Amitabh Bachchan’s ‘Yudh’ – Work of innovation or plunge into plagiarism


The success or failure of the television show is immaterial, as long as it creates a demand for innovative fiction on the idiot box.

The best stories are being told on television. The British whodunit, Broadchurch, the New Zealand-set Top of the Lake, the Danish political drama, Borgen, and a bunch of American cable and network shows – ranging from the period spy thriller, The Americans, to the dark political drama, House of Cards, and from the slow-burning murder mystery, True Detective, to the intelligently-scripted courtroom drama, The Good Wife – have raised the bar for television in the past few years. The recently-launched channel, Zindagi, which brings Pakistan-bred television shows to India, seems to be growing in popularity due to strong storylines and acting.

It’s time, then, we produced some top-notch television too. Sure, the mainstream television industry, infected with saas-bahu shenanigans and melodrama for years now, will continue to outnumber meaty shows. Yet, before reality shows and weepy dramas ruled the roost, we created Buniyaad, Hum Log, Nukkad, Bharat Ek Khoj and Yeh Jo Hai Zindagi, each of which is immensely watchable even today. Why, then, must we not attempt to tell well-written stories with good actors and acceptable production values?

Who better to lead this cause than Amitabh Bachchan? The former KBC host finds himself on the hot seat this time – or at least his character does. Bachchan plays Yudh (short for Yudhishtir Skarwar), who finds out in the first episode that he’s suffering from a neuropsychological disorder, and has around 3-to-5 years to live. Additionally, he has to deal with pressures at the workplace, like pissing off a corrupt builder for the construction of a flawed highway, and winning the support of influential politicians for a mining project. Plus, there are familial problems to deal with: a roguish brother-in-law who’s just out of prison, a clueless son, and an estranged daughter.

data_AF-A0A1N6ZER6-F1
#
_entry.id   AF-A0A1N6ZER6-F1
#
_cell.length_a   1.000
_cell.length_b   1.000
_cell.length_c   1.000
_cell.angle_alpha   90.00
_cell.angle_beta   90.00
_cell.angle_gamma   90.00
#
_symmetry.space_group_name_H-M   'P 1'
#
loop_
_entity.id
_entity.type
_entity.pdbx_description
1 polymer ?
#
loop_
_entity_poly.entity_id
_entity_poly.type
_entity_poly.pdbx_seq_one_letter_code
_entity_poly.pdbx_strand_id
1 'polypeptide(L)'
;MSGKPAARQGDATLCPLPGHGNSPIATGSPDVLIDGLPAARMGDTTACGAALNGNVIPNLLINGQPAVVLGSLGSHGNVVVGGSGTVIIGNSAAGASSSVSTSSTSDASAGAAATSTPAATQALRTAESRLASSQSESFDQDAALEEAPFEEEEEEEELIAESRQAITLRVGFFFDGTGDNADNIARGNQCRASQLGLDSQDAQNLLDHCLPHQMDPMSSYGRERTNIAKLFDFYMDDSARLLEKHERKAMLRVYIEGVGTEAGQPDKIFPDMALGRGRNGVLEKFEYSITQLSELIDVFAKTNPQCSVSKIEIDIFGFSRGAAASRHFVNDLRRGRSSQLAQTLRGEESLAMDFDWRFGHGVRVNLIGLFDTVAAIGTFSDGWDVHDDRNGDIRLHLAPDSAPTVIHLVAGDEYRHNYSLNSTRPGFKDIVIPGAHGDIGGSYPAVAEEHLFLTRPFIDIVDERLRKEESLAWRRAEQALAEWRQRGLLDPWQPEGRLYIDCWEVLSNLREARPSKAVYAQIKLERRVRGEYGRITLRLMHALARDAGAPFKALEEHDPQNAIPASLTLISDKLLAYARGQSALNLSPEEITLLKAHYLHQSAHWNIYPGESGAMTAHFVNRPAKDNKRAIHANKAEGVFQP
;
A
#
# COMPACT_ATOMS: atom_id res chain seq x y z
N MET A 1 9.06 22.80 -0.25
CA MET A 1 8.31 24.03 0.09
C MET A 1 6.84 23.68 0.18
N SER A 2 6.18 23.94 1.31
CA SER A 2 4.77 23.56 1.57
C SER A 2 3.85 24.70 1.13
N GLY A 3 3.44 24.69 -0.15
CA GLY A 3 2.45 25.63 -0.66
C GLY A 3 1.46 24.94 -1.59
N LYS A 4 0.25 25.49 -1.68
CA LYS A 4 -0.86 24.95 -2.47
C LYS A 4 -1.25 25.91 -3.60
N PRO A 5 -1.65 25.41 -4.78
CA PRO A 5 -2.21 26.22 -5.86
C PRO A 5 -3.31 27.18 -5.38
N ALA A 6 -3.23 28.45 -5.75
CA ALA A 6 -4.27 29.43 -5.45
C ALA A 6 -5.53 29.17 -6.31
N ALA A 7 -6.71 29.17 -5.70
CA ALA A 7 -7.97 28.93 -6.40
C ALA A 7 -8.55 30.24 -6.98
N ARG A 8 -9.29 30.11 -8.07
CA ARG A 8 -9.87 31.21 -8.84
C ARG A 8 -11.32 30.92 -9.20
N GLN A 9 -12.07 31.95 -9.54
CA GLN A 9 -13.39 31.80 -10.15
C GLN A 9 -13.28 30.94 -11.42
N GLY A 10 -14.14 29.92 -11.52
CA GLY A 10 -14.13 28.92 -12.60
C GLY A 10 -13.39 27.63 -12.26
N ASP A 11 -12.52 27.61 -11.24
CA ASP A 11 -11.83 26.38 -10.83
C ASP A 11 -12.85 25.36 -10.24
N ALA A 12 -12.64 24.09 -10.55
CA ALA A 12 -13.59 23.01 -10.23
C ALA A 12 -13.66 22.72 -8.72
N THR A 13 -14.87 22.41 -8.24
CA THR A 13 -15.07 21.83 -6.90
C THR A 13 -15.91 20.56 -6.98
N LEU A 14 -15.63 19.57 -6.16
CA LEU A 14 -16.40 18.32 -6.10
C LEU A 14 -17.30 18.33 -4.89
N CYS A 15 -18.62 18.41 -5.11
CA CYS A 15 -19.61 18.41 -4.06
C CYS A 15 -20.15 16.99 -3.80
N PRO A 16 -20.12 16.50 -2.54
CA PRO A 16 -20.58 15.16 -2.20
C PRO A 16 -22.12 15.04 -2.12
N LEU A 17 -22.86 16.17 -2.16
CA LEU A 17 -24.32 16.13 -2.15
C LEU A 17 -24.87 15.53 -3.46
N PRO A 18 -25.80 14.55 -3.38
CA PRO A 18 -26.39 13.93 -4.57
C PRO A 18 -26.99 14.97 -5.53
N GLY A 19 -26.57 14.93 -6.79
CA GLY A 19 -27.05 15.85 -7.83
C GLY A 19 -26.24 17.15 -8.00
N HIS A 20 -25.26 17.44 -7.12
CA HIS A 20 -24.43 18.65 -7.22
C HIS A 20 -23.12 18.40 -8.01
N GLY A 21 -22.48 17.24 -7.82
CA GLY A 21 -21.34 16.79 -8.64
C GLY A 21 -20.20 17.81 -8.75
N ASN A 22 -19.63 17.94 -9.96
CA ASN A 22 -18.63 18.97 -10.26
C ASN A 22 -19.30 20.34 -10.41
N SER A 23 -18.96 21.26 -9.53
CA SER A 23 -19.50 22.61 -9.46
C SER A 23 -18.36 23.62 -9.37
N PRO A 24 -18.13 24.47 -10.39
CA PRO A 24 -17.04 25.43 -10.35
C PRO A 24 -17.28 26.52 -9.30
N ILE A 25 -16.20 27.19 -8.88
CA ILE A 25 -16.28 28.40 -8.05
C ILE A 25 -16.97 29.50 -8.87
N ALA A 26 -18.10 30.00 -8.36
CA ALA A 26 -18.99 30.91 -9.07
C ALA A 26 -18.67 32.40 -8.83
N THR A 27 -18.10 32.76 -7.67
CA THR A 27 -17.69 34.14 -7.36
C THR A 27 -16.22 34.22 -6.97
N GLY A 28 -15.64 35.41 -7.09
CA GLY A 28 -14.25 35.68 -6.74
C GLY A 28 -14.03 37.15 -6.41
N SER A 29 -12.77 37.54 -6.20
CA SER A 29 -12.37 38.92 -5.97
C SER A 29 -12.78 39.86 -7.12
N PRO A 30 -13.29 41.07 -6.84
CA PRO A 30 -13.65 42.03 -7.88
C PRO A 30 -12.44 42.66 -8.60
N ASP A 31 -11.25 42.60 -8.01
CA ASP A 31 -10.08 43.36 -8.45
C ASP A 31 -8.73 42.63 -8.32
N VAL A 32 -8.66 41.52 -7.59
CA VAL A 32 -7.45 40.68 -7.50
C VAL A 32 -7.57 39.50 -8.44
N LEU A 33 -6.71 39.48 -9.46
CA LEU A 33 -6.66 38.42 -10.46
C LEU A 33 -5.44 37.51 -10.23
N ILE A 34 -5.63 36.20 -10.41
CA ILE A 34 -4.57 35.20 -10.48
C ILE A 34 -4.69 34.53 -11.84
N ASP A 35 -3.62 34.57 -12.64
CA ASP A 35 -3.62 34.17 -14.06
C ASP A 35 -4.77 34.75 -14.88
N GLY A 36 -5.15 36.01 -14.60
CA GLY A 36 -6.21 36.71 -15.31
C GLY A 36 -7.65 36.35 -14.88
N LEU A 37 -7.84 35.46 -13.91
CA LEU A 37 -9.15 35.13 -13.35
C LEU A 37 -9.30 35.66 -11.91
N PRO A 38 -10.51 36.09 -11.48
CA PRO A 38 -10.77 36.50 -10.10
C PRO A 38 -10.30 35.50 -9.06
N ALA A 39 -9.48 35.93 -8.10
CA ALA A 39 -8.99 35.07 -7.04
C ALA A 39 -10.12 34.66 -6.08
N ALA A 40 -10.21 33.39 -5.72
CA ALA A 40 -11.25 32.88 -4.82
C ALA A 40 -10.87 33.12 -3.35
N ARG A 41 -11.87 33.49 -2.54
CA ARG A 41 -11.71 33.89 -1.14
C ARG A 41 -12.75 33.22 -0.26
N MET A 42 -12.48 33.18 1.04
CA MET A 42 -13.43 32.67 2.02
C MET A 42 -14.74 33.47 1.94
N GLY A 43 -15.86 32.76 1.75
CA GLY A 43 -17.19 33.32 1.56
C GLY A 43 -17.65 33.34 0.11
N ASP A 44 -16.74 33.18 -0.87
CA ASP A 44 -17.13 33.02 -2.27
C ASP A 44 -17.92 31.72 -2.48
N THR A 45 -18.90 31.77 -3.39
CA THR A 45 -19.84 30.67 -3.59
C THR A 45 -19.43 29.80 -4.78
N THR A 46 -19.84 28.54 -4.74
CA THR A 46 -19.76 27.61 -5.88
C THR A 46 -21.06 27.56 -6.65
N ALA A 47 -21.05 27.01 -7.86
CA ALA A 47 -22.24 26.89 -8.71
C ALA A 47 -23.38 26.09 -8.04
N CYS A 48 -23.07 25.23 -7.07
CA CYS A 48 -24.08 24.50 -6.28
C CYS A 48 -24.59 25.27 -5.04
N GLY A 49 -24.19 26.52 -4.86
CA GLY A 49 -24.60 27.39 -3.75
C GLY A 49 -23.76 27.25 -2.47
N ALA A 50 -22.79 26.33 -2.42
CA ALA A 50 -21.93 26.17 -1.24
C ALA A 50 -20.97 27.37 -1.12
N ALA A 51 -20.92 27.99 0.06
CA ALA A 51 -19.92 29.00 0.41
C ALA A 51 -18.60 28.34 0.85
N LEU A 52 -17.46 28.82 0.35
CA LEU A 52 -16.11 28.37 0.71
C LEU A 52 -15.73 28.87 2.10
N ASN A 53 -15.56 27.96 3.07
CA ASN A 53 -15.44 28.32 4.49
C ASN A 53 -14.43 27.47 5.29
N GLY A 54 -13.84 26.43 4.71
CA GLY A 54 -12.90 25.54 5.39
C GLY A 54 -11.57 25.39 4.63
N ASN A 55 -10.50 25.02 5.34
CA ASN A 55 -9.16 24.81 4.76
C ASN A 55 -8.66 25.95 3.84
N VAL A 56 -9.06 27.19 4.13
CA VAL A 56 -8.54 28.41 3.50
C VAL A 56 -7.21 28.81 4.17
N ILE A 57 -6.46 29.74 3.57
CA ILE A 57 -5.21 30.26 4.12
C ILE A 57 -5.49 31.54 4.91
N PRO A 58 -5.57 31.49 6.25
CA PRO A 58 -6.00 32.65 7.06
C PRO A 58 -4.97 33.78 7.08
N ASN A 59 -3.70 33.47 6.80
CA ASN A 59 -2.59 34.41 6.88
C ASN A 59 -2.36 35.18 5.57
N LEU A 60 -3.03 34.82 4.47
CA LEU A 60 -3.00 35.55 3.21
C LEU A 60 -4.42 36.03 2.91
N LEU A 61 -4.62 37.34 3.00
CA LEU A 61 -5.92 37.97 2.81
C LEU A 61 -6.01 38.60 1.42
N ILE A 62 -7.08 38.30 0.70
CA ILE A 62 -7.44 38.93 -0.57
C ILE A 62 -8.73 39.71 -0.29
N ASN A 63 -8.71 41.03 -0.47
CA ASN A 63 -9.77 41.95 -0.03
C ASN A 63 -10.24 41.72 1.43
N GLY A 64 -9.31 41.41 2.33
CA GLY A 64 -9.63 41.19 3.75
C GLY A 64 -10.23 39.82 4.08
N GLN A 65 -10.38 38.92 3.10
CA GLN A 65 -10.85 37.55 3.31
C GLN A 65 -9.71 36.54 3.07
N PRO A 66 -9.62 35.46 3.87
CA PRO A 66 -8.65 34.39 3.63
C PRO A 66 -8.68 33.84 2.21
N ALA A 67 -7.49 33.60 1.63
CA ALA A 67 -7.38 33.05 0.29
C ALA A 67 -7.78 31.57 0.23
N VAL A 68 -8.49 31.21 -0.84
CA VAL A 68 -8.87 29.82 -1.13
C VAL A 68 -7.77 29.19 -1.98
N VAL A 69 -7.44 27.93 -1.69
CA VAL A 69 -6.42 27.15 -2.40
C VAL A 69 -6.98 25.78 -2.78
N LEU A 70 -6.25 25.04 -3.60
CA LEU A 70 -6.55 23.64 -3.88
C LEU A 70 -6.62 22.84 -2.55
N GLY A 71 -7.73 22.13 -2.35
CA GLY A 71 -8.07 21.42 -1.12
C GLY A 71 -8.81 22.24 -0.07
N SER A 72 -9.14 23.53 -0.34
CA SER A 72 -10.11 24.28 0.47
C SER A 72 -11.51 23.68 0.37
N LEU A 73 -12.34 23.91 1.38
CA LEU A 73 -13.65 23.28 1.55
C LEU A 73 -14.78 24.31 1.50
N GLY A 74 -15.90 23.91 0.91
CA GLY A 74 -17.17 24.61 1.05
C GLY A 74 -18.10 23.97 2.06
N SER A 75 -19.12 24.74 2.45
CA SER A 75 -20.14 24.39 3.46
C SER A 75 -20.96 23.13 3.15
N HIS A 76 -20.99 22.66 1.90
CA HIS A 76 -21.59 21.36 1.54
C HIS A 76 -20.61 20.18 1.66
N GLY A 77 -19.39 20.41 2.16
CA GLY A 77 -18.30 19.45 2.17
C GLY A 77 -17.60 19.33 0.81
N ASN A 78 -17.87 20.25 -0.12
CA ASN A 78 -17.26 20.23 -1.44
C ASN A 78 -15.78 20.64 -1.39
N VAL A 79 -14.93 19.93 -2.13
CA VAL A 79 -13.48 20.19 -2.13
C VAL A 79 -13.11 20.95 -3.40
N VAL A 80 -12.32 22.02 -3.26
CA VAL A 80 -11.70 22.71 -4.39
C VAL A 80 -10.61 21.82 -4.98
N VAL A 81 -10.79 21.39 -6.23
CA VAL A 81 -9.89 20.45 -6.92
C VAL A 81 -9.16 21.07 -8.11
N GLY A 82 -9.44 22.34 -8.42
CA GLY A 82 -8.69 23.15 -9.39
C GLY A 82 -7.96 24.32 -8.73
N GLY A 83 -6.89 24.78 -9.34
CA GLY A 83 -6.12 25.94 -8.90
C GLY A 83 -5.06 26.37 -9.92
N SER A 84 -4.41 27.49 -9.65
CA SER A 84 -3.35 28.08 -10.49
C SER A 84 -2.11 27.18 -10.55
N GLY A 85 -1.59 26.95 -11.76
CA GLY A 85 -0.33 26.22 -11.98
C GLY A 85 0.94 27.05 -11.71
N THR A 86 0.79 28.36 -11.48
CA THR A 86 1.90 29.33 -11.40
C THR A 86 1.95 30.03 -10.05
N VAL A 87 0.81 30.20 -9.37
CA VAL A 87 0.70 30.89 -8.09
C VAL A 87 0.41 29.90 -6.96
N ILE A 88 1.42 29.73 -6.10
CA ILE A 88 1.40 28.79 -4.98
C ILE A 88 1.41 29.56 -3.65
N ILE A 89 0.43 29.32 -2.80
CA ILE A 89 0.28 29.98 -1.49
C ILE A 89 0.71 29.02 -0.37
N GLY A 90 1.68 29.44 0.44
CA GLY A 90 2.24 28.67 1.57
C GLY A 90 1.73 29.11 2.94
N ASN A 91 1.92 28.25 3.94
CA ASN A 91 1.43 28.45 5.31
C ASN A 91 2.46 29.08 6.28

The one thing that stood out about Yudh, which premiered Monday night at 10.30pm, is its cast. Bachchan heads this motley group of actors, we know that. But it’s the effort that seems to be taken in casting actors around him that’s interesting. There are other mini-victories too. The background music, for one, is used sparingly – it’s a relief not being constantly made aware of a scene’s emotional pitch or the character’s thought processes and actions through thumping sounds. The camerawork is minimal too, never drawing attention to itself – another art lost on mainstream television cinematographers. The actors, however, really make a difference.

Cast as an advisor/consigliore to Yudh is Zakir Hussain (who incidentally played Bachchan’s chief nemesis in the gangster drama, Sarkar). The moment you see Hussain on the show, you wonder if the character would go on to remain Yudh’s ally in future episodes, or if there’ll be a volte-face – the actor’s unpredictability is what makes him interesting. Also lovely to watch is Ayesha Raza, a veteran theatre actor cast in the role of Yudh’s wife, bringing a touch of reality to proceedings. There’s also the dependable Kay Kay Menon, playing a corrupt commissioner whose sense of humour remains intact, even with a cervical collar around his neck.